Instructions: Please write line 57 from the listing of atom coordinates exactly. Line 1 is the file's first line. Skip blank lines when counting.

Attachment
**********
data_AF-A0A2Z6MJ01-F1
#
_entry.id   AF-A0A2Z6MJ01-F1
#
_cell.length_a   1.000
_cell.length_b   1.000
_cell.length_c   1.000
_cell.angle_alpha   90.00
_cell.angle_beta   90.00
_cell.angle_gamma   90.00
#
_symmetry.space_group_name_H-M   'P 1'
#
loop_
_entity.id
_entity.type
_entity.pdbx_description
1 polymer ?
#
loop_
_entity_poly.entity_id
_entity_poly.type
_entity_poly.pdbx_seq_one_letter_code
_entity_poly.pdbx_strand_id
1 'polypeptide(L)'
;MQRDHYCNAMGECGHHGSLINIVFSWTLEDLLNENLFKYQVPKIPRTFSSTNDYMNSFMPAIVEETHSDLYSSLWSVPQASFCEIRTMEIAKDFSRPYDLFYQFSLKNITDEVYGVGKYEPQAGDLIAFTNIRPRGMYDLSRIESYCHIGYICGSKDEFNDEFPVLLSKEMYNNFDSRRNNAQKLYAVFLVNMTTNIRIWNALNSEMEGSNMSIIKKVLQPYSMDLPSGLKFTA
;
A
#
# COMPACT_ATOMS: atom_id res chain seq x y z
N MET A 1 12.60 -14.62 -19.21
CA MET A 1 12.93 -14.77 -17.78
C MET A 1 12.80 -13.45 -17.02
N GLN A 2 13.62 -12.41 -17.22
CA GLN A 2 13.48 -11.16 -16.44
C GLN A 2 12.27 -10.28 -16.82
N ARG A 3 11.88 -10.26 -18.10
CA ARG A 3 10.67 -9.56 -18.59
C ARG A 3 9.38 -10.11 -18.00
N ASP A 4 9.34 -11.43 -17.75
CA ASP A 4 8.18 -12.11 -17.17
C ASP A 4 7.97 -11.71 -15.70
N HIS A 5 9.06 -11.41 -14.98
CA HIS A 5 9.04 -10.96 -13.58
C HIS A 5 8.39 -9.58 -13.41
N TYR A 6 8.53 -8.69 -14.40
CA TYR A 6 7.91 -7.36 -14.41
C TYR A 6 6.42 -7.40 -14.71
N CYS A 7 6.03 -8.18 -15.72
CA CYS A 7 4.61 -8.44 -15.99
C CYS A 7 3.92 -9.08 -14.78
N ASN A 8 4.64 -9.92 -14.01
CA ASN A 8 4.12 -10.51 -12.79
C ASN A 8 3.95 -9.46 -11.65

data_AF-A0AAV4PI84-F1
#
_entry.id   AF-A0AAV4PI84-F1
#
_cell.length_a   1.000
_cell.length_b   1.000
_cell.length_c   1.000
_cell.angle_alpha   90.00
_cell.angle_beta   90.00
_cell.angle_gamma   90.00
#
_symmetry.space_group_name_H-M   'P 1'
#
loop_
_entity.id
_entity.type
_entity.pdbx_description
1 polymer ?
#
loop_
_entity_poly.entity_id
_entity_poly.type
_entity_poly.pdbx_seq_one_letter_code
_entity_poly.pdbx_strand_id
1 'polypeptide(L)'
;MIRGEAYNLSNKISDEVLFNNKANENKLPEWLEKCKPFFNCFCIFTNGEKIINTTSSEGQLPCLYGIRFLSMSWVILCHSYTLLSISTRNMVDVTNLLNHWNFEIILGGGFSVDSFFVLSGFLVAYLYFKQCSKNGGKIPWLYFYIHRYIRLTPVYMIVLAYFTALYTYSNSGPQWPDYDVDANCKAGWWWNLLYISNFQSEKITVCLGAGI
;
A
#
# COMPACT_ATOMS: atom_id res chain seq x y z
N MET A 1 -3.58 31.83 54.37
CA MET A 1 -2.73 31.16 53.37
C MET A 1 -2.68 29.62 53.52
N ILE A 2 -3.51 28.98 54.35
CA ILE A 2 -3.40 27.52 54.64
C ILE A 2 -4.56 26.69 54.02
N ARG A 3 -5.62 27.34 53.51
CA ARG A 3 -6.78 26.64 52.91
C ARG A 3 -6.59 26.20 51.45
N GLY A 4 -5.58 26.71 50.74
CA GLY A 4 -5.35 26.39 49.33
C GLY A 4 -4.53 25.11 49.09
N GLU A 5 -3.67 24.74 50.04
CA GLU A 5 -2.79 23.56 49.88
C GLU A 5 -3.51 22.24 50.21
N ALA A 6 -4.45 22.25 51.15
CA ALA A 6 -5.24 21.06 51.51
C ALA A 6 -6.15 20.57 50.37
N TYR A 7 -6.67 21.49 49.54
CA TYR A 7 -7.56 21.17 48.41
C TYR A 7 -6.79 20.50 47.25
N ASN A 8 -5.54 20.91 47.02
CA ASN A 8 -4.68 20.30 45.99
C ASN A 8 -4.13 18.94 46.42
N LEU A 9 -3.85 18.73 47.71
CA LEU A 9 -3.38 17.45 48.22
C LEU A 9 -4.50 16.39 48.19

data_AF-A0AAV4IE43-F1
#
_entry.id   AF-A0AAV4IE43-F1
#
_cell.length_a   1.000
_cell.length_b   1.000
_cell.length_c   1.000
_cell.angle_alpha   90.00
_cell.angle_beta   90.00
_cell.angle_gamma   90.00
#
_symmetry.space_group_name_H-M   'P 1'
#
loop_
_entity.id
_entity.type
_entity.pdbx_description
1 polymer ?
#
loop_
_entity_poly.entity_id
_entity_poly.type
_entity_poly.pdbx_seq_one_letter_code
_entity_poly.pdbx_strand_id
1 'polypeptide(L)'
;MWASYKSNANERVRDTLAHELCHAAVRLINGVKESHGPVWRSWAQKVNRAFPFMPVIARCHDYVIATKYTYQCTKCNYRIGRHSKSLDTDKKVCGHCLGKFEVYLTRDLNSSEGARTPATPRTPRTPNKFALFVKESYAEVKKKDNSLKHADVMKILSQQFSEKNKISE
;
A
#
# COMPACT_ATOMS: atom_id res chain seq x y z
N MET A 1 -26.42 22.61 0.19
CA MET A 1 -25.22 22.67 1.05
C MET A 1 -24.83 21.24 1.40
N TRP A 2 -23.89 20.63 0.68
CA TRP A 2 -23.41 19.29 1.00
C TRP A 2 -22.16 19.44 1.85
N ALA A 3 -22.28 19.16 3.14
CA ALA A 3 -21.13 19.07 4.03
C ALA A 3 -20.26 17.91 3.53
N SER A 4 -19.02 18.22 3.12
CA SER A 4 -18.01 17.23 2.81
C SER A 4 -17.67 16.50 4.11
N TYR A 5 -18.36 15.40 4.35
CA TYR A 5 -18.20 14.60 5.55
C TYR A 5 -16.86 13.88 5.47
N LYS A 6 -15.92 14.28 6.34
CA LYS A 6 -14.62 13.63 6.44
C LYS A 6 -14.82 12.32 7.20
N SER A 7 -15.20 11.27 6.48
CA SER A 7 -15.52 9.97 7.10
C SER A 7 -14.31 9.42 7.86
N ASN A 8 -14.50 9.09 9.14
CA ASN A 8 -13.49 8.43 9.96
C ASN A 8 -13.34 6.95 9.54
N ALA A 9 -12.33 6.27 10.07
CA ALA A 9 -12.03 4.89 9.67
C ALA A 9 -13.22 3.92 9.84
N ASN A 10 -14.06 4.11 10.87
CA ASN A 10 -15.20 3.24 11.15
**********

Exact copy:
_entry.id   AF-A0AAV4PI84-F1